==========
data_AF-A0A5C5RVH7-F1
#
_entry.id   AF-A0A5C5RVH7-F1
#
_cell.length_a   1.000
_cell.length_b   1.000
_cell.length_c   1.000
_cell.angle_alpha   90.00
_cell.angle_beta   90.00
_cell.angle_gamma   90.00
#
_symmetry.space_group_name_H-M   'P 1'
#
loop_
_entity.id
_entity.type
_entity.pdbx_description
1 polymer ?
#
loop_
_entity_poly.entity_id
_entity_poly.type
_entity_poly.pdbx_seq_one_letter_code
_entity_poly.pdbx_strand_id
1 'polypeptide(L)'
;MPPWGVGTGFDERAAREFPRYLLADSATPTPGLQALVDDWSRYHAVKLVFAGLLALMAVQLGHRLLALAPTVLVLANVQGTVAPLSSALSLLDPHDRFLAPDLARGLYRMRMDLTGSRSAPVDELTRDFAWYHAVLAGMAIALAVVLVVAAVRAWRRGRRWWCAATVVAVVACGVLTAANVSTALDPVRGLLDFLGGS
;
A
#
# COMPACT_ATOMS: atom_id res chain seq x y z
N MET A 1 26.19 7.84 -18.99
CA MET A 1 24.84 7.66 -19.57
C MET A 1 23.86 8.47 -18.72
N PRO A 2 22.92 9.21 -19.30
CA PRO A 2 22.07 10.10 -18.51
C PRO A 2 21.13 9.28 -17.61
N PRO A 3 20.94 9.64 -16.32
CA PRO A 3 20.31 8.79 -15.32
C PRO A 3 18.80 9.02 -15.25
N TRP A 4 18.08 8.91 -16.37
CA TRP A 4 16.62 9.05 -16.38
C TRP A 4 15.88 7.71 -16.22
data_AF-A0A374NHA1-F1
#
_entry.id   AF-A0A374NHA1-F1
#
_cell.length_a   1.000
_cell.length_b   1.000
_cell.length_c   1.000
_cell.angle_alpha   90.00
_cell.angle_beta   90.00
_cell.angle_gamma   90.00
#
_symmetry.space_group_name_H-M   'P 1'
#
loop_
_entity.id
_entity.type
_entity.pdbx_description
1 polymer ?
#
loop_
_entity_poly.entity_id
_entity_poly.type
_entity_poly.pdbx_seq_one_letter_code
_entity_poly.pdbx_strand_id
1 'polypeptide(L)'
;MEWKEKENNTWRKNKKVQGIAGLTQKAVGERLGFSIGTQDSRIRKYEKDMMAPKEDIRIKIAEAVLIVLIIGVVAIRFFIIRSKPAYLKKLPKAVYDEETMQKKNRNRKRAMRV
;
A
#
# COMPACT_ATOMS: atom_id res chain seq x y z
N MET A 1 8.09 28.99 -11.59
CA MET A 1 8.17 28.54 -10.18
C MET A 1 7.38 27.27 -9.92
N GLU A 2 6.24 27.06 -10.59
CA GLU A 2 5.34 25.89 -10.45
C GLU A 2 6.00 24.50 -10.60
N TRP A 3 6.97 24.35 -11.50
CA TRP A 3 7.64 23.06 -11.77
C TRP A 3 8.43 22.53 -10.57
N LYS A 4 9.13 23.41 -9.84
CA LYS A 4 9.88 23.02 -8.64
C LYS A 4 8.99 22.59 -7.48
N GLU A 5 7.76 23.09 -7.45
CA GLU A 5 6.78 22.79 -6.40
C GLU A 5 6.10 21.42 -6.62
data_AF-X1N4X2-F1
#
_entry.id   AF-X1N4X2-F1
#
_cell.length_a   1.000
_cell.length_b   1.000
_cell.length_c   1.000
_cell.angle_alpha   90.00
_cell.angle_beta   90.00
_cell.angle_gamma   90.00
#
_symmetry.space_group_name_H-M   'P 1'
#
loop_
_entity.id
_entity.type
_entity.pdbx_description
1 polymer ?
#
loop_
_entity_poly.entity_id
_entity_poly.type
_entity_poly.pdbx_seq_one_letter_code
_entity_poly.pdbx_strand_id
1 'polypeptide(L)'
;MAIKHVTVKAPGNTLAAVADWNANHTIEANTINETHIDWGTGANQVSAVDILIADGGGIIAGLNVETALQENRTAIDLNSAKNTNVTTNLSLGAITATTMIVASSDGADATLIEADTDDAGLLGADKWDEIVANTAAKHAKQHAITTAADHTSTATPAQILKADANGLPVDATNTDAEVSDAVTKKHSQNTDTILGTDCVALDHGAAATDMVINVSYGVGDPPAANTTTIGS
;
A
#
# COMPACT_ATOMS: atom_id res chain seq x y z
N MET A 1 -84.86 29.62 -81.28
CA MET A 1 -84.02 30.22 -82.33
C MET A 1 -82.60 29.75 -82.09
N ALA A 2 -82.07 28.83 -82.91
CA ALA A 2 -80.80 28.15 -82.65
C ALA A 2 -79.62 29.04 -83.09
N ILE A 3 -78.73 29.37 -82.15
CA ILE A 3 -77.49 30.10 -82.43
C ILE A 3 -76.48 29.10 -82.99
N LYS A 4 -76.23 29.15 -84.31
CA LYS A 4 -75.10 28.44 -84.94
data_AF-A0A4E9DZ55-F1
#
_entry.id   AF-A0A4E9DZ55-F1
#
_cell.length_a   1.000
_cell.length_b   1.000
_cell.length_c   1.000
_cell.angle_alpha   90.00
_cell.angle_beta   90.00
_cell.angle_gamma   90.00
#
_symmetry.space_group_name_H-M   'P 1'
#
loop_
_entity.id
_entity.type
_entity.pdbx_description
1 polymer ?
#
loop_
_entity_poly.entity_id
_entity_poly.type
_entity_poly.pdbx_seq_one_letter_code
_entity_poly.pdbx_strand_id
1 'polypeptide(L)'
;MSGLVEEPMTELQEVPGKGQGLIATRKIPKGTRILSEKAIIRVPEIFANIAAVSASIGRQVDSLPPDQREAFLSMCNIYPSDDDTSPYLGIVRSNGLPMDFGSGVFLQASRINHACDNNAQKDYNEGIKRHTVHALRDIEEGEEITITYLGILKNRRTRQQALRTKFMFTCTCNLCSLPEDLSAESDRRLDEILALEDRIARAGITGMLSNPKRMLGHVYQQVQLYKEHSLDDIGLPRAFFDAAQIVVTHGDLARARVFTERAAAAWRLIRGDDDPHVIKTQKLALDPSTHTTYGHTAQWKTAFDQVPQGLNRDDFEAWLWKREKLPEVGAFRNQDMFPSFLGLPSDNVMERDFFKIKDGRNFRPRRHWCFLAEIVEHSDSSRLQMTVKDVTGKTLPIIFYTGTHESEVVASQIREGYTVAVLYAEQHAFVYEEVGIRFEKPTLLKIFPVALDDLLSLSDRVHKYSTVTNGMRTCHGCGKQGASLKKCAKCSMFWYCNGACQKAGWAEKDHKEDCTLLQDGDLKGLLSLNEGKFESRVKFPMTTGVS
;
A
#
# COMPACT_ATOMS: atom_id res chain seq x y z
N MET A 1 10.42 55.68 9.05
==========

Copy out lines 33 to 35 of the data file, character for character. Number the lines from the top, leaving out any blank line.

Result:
C MET A 1 23.86 8.47 -18.72
N PRO A 2 22.92 9.21 -19.30
CA PRO A 2 22.07 10.10 -18.51